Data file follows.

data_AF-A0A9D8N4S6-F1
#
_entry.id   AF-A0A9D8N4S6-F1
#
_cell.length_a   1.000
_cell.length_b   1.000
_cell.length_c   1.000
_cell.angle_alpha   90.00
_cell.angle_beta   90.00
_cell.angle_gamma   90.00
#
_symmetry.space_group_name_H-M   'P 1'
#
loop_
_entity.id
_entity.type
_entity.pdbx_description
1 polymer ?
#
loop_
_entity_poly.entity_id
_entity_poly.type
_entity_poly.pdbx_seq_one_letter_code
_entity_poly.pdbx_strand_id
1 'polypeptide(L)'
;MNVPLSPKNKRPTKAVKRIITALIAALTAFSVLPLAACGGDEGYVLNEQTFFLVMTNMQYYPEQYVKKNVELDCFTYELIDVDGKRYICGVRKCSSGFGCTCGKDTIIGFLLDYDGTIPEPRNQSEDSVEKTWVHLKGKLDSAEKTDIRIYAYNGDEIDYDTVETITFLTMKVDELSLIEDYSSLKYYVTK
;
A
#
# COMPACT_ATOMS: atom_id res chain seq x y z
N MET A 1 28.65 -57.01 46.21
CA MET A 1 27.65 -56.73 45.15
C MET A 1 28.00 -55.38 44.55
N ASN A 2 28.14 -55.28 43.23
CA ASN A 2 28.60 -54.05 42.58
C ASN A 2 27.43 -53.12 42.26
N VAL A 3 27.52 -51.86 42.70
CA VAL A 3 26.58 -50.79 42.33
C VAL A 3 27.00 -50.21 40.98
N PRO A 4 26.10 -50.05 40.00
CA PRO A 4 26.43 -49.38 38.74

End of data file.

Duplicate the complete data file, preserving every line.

data_AF-A0A9D8N4S6-F1
#
_entry.id   AF-A0A9D8N4S6-F1
#
_cell.length_a   1.000
_cell.length_b   1.000
_cell.length_c   1.000
_cell.angle_alpha   90.00
_cell.angle_beta   90.00
_cell.angle_gamma   90.00
#
_symmetry.space_group_name_H-M   'P 1'
#
loop_
_entity.id
_entity.type
_entity.pdbx_description
1 polymer ?
#
loop_
_entity_poly.entity_id
_entity_poly.type
_entity_poly.pdbx_seq_one_letter_code
_entity_poly.pdbx_strand_id
1 'polypeptide(L)'
;MNVPLSPKNKRPTKAVKRIITALIAALTAFSVLPLAACGGDEGYVLNEQTFFLVMTNMQYYPEQYVKKNVELDCFTYELIDVDGKRYICGVRKCSSGFGCTCGKDTIIGFLLDYDGTIPEPRNQSEDSVEKTWVHLKGKLDSAEKTDIRIYAYNGDEIDYDTVETITFLTMKVDELSLIEDYSSLKYYVTK
;
A
#
# COMPACT_ATOMS: atom_id res chain seq x y z
N MET A 1 28.65 -57.01 46.21
CA MET A 1 27.65 -56.73 45.15
C MET A 1 28.00 -55.38 44.55
N ASN A 2 28.14 -55.28 43.23
CA ASN A 2 28.60 -54.05 42.58
C ASN A 2 27.43 -53.12 42.26
N VAL A 3 27.52 -51.86 42.70
CA VAL A 3 26.58 -50.79 42.33
C VAL A 3 27.00 -50.21 40.98
N PRO A 4 26.10 -50.05 40.00
CA PRO A 4 26.43 -49.38 38.74